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Beauty of Divinity

Much of our time, for those of us who live and work in urban areas, is spent rushing around busy streets, or diving in and out of trains, buses and taxis. Everywhere I go in this environment, I am assailed by images of ugliness, some of it incidental, some of it actively contrived and devised ugliness. Advertising images I find absorbing. There is a great deal of good, clever advertising, some of it pleasing to the eye. But there is much that is gratuitously offensive and ugly, on television screens accompanied by loud discordant music and banal and corrosive script and dialogue. An image of a man with bloodshot eyes and a hideous blue face; people in futuristic costumes, who turn out, on closer inspection, to be tailor’s dummies with perspex eye shields; monsters displaying gory entrails; a face grossly distorted as in a fairground mirror.

It doesn’t do to get too heavy about this, but advertising is so pervasive, it sometimes needs an effort of will to ignore it. And not all of it contributes to the inner sense of peace, oneness and beauty that I do try to nurture, and without which it can be difficult to keep my gyroscope upright. God knows, I don’t need advertising to depress me! I am already subjected to sights and sounds of disaster elsewhere, of hurricanes, floods, bombs. And sometimes of course other evidence of chaos, not always of the cosmic kind, such as sickness, bereavement and discord on a personal level.

Does any of this sound familiar? How are we coping with this? Do we have the tools with which to counter all this chaos? I believe we have.


Endue him with a competency of Thy divine wisdom that, assisted by the secrets of our masonic art, he may the better be enabled to unfold the beauties of true godliness …


Is it not interesting to note, that in this prayer we have mention of the three great pillars supporting a Freemason’s lodge? Divine wisdom. Endue with competency, proficiency and therefore strength. Unfold the beauties of true godliness.

Mention of godliness is a hint of our other nature, a nature beyond this, our physical, material nature. It refers us to a spirituality residing in each one of us which, once revealed, makes us one with God. Such godliness is enshrined in, and forms a part of, the beauty in the creation, so that by discovering, or remembering, those parts of ourselves where ugliness and discord have no place, we are enabled, or empowered, to focus on the positive aspects of our inner selves. But ‘unfold’ is the key to the whole phrase.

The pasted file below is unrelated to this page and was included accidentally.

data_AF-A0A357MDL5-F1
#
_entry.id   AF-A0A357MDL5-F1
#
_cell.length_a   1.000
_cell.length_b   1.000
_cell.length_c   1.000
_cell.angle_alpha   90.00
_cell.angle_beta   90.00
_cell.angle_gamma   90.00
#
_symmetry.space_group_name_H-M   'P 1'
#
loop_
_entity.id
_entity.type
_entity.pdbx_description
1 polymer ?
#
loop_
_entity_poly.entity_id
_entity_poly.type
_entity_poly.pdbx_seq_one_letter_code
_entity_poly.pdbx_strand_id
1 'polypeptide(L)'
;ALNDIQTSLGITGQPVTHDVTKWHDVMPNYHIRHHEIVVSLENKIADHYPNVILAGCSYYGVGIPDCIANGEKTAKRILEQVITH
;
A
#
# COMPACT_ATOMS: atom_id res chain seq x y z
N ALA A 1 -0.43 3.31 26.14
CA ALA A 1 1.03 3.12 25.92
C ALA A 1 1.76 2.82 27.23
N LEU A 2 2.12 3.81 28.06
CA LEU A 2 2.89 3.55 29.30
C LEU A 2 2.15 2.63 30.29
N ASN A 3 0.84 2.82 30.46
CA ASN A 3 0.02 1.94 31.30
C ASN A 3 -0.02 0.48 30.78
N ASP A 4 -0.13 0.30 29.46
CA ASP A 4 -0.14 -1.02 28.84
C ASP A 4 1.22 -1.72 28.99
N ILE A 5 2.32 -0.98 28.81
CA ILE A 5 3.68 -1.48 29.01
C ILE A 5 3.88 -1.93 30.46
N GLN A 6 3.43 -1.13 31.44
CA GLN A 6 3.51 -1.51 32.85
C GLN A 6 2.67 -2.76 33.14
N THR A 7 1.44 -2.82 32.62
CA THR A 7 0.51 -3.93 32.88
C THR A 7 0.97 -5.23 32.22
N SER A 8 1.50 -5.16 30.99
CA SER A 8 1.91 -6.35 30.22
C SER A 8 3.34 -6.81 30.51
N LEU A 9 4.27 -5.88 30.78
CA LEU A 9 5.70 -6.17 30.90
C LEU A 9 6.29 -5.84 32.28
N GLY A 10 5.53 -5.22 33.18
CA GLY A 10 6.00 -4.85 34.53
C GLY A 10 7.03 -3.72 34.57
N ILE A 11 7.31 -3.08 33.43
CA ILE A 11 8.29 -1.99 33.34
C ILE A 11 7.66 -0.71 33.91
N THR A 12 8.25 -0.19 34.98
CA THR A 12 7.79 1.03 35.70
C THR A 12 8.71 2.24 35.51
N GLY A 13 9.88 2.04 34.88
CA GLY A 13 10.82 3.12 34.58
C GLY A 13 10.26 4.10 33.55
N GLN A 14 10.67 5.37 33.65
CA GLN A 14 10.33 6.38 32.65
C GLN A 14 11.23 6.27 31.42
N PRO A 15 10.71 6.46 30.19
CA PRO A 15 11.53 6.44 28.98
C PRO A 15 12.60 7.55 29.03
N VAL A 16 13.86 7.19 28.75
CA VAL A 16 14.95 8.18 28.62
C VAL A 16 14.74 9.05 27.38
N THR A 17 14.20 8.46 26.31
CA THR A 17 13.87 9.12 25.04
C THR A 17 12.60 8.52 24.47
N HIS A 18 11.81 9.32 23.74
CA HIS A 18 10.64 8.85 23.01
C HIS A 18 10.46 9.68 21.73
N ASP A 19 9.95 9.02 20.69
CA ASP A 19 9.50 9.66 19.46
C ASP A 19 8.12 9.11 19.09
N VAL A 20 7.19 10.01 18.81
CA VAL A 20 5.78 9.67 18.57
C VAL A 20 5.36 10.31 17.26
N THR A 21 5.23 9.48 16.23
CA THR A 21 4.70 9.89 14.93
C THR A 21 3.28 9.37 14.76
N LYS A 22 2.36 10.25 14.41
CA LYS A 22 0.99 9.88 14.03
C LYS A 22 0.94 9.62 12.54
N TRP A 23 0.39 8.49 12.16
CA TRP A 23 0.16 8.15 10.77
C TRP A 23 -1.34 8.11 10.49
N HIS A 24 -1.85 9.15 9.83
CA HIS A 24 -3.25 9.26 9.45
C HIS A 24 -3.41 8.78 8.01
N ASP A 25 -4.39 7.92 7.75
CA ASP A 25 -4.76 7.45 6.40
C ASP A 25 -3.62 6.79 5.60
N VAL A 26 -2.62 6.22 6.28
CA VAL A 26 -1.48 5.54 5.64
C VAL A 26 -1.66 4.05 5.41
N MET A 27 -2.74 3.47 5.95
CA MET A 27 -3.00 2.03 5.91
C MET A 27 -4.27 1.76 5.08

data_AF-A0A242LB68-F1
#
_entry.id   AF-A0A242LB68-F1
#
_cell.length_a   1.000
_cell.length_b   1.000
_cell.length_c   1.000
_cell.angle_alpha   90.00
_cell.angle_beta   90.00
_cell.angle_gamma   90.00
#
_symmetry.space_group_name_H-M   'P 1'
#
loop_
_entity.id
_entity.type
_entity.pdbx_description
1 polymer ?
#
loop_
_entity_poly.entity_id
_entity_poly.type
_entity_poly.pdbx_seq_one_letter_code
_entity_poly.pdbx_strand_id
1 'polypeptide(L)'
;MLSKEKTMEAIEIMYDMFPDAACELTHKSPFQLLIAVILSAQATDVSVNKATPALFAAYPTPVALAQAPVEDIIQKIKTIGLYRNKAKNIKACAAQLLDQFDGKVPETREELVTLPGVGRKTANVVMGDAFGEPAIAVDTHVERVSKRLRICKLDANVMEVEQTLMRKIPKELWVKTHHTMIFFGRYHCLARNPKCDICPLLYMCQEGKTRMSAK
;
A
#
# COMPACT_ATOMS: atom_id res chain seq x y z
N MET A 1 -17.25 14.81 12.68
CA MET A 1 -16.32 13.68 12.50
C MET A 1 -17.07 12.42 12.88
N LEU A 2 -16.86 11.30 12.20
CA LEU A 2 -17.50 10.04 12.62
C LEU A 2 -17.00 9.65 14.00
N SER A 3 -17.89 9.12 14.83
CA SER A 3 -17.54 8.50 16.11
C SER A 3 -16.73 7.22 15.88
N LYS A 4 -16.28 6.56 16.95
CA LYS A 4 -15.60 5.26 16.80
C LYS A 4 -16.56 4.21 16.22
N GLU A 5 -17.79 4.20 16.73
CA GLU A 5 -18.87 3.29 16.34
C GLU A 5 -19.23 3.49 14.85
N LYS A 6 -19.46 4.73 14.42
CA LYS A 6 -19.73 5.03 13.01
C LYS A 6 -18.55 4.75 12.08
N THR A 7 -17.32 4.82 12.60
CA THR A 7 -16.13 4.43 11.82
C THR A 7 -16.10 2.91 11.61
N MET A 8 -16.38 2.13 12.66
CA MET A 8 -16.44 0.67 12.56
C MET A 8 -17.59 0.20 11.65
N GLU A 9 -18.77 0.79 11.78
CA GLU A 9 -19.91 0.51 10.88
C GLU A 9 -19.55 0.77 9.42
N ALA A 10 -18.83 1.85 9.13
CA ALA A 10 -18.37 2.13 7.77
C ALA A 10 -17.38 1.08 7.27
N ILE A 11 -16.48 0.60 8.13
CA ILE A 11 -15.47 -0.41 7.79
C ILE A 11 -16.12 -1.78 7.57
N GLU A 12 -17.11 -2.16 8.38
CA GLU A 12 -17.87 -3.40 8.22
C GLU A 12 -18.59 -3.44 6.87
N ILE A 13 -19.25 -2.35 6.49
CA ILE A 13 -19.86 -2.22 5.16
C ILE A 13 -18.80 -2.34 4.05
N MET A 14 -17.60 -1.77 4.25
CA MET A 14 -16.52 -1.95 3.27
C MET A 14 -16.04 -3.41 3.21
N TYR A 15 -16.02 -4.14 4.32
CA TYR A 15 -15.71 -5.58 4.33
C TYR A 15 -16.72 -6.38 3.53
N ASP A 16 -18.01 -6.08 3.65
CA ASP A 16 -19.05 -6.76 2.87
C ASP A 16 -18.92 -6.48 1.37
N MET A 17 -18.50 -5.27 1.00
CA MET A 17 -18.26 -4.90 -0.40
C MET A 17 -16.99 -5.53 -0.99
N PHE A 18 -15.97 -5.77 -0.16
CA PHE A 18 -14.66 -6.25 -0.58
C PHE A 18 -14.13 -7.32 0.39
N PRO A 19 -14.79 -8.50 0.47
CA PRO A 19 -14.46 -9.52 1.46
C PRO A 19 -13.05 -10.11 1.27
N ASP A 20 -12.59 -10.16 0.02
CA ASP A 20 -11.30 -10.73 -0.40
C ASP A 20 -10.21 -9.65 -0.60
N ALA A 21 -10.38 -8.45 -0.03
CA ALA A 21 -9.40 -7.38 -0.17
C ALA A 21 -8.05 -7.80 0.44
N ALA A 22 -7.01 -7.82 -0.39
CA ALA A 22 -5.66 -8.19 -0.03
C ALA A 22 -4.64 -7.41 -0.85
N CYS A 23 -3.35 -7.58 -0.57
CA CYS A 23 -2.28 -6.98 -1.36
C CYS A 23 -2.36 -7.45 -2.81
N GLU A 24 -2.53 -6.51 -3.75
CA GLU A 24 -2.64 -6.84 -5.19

Godliness, and the beauty that attends it, is not, as we may have supposed, to be searched for outside, or obtained simply by rigorous religious observance, or constant self-denial, or other means. We will get nowhere if we search in the world outside for it. It resides in ourselves, and this key word, ‘unfold’, tells us that we can attain to godliness by the active work necessary to bring it forth, something that has always been a part of us.

The competency, proficiency in God’s wisdom, is the divine aid we seek, and which the Master seeks on our behalf in reciting the prayer.

As if this powerful prayer were not enough, the Master then asks us


In all cases of difficulty and danger, in whom do you put your trust?


And now, as if we did not already know the answer, we reply ‘In God’. In a world full of harmony and peace, a so-called ideal world, of course cosmic tragedy would not exist, and we can go on – we should go on – hoping and praying for it. But when things do go wrong, it is in God that we put our trust, to access the still, small point deep within ourselves, a point from which we cannot err, a point where we have succeeded in unfolding the divinity that resides within us.

The Master’s injunction to the aspirant is:


Relying on such sure support, you may safely rise, and follow your leader with a firm, but humble confidence, for where the name of God is invoked, we trust no danger can ensue.


The ceremony of initiation changes at this point. From now on, the aspirant is embarked on the first stage of his masonic journey, a journey, circular in form, but leading inexorably to the east, a journey which he should pursue with firmness but humility, and it is this journey which will lead him to the light, physical and symbolic, reminding him of the light he finds in his own centre, the light of divinity.

All detractors of Freemasonry should take note, that it is to this place, our own centre, a place they might like to visit in themselves, where we go to seek answers and healing, a place of beauty where, amidst the loudest tumult and most divisive, strident discord and affray, we can find peace and harmony.

The excellency of every art is its intensity, capable of making all disagreeables evaporate,
from their being in close relationship with beauty and truth.
John Keats
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